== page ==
AMLA - Administration of Muslim Law Act
What Is AMLA?
AMLA is the acronym for Administration of Muslim Law Act. This Act is a component in the Singapore Legal System.
AMLA was introduced in 1966 by the Singapore Government to replace and repeal the old legislations inherited from the colonial British system such as the Muslims' Ordinance and to enhance the system of administration of Islamic Law within the Singapore Legal System.
Prior to Singapore's independence, the British colonial government has already established the Mohammedan Advisory Board. This Board serves to advise the colonial authorities on matters concerning the Islamic religion and customs.
Upon becoming independence, the Singapore government introduced the AMLA to address the legal and other management issues relating to the muslim religous entities. Some years later AMLA was further refined and improved to enhance the system of administration of Islamic Law for muslims in Singapore.
Purpose of AMLA
AMLA addresses the functions and jurisdiction of three key Muslim institutions in Singapore:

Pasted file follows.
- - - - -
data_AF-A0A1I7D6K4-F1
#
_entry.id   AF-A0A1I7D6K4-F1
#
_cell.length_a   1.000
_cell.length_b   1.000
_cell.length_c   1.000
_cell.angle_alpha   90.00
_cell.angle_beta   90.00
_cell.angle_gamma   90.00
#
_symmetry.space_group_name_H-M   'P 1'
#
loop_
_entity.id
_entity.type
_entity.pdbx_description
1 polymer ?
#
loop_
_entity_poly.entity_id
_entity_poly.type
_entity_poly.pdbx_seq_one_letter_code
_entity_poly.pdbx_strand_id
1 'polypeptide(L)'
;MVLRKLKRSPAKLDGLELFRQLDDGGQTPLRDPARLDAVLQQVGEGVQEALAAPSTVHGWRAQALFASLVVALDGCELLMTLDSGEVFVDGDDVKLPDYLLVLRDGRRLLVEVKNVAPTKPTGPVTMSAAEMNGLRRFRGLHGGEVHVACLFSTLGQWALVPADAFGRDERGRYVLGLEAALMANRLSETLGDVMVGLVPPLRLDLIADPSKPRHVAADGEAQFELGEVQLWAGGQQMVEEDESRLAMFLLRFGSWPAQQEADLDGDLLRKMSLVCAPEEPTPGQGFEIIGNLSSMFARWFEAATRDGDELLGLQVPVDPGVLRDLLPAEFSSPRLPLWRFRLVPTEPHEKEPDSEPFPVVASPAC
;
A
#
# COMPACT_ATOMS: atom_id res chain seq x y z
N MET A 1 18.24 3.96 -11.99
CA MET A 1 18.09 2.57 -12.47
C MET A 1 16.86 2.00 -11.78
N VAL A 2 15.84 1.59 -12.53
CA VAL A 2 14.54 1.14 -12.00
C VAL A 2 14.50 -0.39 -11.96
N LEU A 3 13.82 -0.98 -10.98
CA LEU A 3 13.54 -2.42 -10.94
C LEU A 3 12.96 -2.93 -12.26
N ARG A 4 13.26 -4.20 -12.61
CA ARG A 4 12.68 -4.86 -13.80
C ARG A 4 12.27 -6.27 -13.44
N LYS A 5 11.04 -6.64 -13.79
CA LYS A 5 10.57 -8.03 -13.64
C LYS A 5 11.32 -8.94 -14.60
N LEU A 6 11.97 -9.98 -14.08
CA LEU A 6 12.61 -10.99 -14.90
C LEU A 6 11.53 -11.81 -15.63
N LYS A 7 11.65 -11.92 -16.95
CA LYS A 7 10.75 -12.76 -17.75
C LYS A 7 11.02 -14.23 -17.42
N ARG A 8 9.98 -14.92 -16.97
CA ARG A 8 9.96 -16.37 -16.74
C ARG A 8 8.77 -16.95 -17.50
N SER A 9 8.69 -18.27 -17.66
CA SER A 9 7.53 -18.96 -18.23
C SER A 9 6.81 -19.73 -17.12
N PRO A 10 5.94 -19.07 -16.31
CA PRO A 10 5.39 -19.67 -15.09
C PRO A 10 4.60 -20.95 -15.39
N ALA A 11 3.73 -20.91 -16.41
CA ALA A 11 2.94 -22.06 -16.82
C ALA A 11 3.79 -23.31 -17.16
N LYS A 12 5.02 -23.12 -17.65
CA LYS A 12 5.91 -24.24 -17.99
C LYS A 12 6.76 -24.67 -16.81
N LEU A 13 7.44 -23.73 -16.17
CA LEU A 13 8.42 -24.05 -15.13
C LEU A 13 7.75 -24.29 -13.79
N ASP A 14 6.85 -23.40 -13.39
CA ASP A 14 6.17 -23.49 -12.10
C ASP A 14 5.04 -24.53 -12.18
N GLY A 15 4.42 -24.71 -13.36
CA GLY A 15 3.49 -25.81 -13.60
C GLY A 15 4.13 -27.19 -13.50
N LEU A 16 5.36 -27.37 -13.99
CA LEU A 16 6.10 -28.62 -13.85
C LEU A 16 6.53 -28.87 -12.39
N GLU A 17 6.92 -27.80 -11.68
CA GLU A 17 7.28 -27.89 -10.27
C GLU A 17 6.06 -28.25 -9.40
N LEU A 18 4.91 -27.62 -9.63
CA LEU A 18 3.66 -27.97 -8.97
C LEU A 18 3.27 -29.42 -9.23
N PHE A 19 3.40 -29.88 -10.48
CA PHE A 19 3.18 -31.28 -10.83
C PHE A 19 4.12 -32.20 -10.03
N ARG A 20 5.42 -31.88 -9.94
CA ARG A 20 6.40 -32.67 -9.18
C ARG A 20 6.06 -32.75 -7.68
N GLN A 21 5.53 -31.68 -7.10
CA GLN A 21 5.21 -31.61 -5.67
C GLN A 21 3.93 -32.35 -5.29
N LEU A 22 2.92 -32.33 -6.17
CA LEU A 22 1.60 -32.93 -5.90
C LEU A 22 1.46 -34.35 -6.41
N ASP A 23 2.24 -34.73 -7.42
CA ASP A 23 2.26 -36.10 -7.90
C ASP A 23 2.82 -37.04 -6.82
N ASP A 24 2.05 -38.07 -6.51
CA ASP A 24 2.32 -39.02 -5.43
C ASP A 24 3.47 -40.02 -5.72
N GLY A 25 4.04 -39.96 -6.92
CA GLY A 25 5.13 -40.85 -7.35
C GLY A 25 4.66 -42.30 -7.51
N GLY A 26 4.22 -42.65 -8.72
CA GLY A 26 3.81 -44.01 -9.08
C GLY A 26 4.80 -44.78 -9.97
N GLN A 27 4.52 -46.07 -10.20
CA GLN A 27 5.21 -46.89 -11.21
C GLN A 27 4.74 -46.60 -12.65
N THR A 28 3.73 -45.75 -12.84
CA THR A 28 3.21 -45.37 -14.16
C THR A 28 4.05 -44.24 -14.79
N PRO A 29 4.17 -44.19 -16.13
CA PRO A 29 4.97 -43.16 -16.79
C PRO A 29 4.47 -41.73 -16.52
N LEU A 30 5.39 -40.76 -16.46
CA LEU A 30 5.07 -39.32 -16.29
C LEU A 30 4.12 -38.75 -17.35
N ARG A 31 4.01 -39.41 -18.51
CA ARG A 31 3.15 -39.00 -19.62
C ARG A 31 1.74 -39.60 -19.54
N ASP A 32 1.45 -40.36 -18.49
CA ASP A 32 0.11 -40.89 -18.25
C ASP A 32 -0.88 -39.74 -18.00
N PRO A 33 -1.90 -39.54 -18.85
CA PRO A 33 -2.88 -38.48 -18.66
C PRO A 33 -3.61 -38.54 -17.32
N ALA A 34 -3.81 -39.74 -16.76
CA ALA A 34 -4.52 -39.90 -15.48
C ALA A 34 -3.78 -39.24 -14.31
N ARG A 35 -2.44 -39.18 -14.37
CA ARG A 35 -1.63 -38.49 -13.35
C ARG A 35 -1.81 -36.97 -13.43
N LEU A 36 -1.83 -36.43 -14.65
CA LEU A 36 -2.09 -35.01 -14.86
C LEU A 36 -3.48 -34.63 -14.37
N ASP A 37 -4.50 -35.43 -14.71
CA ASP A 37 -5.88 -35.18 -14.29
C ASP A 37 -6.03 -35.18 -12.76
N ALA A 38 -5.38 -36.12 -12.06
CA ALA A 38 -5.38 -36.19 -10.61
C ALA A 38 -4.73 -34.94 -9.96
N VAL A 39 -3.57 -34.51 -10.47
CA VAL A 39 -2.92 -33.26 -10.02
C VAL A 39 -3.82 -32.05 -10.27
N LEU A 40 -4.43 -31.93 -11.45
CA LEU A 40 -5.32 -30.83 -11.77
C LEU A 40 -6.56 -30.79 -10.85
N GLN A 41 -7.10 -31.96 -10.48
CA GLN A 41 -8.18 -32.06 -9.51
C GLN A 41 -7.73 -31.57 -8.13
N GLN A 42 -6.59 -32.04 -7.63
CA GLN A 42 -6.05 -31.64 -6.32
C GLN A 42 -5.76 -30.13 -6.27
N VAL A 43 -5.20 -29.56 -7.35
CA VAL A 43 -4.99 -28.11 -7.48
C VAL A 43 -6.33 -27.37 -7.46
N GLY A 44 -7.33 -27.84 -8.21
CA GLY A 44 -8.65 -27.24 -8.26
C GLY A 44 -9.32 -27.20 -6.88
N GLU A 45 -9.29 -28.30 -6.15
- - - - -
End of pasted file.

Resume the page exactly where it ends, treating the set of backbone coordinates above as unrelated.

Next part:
1. (MUIS) The Islamic Religious Council of Singapore - The Islamic Religious Council of Singapore is a statutory body to advise the President of Singapore on all matters relating to Islam in Singapore. It also has the role to see that the many and varied interests of Singapore's Muslim community are looked after in accordance with the principles and traditions of Islam as enshrined in the Holy Quran and Sunnah.
2. The Syariah Court - The Syariah Court administers Muslim personal law in legal matters governing marriages, divorces, the nullity of marriages and inheritance.
3. The Registry of Muslim Marriages (ROMM) - The ROMM spells out the rules and regulations pertaining to the Muslim marriage registration and divorces where both parties are Muslim.
With the AMLA passed in parliament and enacted in 1968, all the previous legislations governing and related to the muslim entities are put in proper order. The advisory function of the Mohammedan Advisory Board is replaced by the MUIS. Matters regarding the governance of muslim personal laws and marriages are covered under the Syariah Court and ROMM respectively.
Unlike MUIS, the Syariah Court and ROMM are not statutory boards but constitute a part of MCYS (Ministry of Community Development, Youth & Sports).